Netanyahu campaign strategy? Put Iran center stage.
A juicy scoop by a leading television news show about a near-attack by Israel on Iran two years turned into a glimpse of what could likely be a central debate in Israel’s upcoming election campaign: Who is best suited to block Tehran from getting nuclear weapons.
In an hour-long piece, the TV news magazine "Fact" alleged that two years ago, security chiefs put the brakes on a plan by Prime Minister Benjamin Netanyahu and Defense Minister Ehud Barak to put the military on heightened alert for a possible attack on Iran. In an extended interview, Mr. Netanyahu was forced to fend off allegations he is too eager to launch a risky attack.
"I don’t rejoice in war," he said. "I am exerting very heavy international pressure. Part of that pressure is the awareness by main powers in the world that we are serious, that it's not a show."
Netanyahu claimed that Israel is "preparing" to face on its own what he has portrayed as an existential threat.
Putting the question of Iran back into the public spotlight highlighted how the Israeli prime minister is on his home turf on the issue of Iran, even when he is on the defensive. Analysts expect that if Iran and national security issues dominate the campaign before Israelis go to the polls on Jan. 22, Mr. Netanyahu and his Likud party should win handily, as no other active candidate currently can match Netanyahu’s charisma and credibility on handling national security.
Iran "is his policy, his identity, his brand. He drives the debate," says Dahlia Scheindlin, an Israeli-American pollster and political consultant. Even though most Israelis oppose the idea of Israel attacking alone, "he is given significant credit for putting it on the global agenda, and driving the point home to the US and Europe."
The "Fact" interviewer raised accusations that Netanyahu caused Israel to pay a diplomatic price for saber-rattling and friction with President Obama. Netanyahu was also asked to respond to criticism from an interview the show had done with former Prime Minister Ehud Olmert, who is believed to be weighing whether to join the race and is waiting to see who wins the US election today.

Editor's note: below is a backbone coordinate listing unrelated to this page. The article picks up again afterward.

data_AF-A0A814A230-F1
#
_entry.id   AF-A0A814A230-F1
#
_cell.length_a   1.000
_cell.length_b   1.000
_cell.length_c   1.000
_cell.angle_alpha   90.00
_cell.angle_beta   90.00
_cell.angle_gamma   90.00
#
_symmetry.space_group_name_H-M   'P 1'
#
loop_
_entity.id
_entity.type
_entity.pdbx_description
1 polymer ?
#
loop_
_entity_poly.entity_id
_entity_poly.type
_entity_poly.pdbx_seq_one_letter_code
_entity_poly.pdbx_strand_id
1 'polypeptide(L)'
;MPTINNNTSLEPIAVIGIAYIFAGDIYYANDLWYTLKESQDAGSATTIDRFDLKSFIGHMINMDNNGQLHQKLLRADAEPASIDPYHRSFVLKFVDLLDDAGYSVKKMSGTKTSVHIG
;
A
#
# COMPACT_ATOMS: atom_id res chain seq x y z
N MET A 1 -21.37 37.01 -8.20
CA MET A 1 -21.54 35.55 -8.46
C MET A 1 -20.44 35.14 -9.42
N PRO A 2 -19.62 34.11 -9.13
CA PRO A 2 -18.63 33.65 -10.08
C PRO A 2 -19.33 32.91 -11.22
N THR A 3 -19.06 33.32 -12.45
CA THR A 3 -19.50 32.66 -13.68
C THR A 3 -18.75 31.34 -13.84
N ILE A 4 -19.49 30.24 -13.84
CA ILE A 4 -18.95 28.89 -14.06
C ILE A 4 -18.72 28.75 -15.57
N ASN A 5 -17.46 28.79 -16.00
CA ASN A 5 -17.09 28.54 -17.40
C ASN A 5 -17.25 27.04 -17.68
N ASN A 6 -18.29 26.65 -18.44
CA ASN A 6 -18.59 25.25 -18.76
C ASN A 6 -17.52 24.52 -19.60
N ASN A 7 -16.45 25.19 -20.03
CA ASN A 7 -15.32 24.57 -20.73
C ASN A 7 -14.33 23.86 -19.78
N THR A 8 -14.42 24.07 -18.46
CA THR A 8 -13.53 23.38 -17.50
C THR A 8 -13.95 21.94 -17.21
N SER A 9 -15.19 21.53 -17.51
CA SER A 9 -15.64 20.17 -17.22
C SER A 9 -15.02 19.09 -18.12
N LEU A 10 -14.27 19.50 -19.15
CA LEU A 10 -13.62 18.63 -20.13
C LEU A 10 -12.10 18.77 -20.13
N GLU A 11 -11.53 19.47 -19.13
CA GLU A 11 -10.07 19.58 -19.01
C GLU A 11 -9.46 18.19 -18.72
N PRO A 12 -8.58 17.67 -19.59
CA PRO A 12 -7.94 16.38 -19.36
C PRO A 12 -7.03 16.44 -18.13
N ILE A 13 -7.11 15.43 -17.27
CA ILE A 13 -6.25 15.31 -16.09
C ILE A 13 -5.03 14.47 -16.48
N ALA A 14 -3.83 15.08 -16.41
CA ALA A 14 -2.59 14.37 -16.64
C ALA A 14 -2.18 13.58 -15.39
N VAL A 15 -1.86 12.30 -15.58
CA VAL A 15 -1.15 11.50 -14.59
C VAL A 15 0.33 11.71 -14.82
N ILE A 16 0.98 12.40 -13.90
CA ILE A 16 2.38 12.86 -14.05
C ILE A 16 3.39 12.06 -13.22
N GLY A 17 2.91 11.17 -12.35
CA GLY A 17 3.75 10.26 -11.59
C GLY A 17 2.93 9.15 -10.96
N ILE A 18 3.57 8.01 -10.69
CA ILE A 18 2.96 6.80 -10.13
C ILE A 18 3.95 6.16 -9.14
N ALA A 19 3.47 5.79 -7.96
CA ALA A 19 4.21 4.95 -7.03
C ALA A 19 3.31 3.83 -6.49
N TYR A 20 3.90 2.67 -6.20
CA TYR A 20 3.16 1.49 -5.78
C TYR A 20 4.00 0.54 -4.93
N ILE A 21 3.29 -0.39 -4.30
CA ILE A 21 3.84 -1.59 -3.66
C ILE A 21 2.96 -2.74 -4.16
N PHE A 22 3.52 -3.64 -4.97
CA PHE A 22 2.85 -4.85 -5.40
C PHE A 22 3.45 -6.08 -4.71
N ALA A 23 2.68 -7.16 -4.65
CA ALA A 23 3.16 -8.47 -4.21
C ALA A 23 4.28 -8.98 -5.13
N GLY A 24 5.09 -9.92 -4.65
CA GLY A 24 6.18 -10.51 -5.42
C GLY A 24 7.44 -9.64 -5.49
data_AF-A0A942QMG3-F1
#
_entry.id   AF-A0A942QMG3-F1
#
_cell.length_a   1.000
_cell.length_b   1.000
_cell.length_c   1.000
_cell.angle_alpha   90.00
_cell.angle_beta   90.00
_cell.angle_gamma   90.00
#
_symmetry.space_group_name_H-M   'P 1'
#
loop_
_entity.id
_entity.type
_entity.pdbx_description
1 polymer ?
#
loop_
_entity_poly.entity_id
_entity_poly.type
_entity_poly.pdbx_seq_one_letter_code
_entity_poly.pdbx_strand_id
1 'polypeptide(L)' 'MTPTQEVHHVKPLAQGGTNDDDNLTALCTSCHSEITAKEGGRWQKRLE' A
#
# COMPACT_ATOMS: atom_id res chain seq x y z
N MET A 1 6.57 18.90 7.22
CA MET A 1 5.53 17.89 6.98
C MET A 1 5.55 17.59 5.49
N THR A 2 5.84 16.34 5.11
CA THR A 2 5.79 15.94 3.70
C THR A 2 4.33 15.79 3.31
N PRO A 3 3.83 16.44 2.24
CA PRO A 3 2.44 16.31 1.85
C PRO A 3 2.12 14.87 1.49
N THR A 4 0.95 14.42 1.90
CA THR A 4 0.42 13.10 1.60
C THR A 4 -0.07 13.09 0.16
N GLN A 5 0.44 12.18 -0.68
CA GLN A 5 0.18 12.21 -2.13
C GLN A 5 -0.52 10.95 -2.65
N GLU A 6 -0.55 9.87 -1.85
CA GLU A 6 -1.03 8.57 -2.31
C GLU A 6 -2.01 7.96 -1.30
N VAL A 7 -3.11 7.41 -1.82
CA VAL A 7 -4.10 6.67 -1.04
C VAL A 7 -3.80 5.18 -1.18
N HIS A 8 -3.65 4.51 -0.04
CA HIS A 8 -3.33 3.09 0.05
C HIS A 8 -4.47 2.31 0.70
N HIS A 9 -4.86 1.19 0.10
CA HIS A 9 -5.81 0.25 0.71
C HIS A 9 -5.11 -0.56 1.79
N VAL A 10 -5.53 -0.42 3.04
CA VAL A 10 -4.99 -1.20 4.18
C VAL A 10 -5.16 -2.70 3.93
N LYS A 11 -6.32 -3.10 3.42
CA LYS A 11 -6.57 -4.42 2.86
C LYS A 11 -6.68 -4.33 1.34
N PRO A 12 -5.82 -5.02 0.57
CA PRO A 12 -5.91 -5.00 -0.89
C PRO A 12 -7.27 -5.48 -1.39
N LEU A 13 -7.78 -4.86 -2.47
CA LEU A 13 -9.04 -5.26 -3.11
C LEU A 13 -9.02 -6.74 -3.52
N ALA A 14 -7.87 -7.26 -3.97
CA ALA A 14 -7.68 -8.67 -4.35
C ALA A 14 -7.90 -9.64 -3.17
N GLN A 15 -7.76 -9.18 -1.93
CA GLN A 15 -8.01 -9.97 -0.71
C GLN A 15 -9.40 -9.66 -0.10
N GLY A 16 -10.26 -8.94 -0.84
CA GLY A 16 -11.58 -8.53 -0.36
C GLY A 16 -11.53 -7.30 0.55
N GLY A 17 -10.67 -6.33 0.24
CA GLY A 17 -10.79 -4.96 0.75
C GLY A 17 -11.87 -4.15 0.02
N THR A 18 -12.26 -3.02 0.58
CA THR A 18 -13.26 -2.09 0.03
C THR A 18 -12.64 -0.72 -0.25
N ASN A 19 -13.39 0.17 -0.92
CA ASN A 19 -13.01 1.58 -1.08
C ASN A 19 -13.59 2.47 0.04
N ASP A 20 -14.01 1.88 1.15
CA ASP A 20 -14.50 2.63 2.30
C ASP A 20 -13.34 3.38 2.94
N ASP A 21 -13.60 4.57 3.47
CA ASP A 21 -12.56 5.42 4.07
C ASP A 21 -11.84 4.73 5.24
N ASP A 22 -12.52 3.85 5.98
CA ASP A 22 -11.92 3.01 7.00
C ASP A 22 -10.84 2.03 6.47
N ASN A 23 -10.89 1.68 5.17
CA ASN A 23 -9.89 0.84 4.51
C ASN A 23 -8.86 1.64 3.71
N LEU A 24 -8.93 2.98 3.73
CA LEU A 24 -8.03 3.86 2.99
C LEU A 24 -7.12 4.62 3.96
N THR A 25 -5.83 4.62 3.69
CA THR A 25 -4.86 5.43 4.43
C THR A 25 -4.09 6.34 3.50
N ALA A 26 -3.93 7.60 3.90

"What is this talk that we are the ones that will decide our fate and won’t rely on anyone else,’’ said Mr. Olmert, who is credited with ordering a 2007 attack on a Syrian nuclear core but criticized by the current prime minister for not doing enough against Iran. "With which planes will we attack if we decide to attack alone…? If we are lacking something, who will we make the request from? From [Obama], who we are doing everything to ensure that he won’t be the president of the US?’’
The show also featured an interview with Defense Minister Ehud Barak, who has crafted Israel’s stance toward Iran and the international community along with Netanyahu. Mr. Barak attacked Olmert as unfit to return as prime minister because of his handling of the 2006 war with Hezbollah in Lebanon – a six-week offensive widely considered to be a fiasco.
Though its still early days in the campaign, public buses in Israel carry election billboards by the opposition Kadima party – the centrist party that Olmert used to head before he had to step down because of a corruption trial – with a mushroom cloud and the tagline "Bibi will embroil us."
The leader of the dovish Labor party, which is now forecast to be the chief rival to the Likud, was left out of the television piece. Labor chairman Shelly Yachimovich has shied away from foreign policy and national security in the hopes that a focus on socioeconomic issues could prove to be Netanyahu’s Achilles heel.
However, with its sensational exclusive, the news magazine demonstrated just how easy it is to shift Israeli agenda back to foreign affairs and security. "There has never been an Israeli election debate about a threat from Iran and a proper response to it," says Eytan Gilboa, a political science professor at Israel’s Bar Ilan University. "Netanyahu is going to prefer the security and foreign policy agenda. In his campaign, Iran will play a role.’’
The question, he adds, is how much.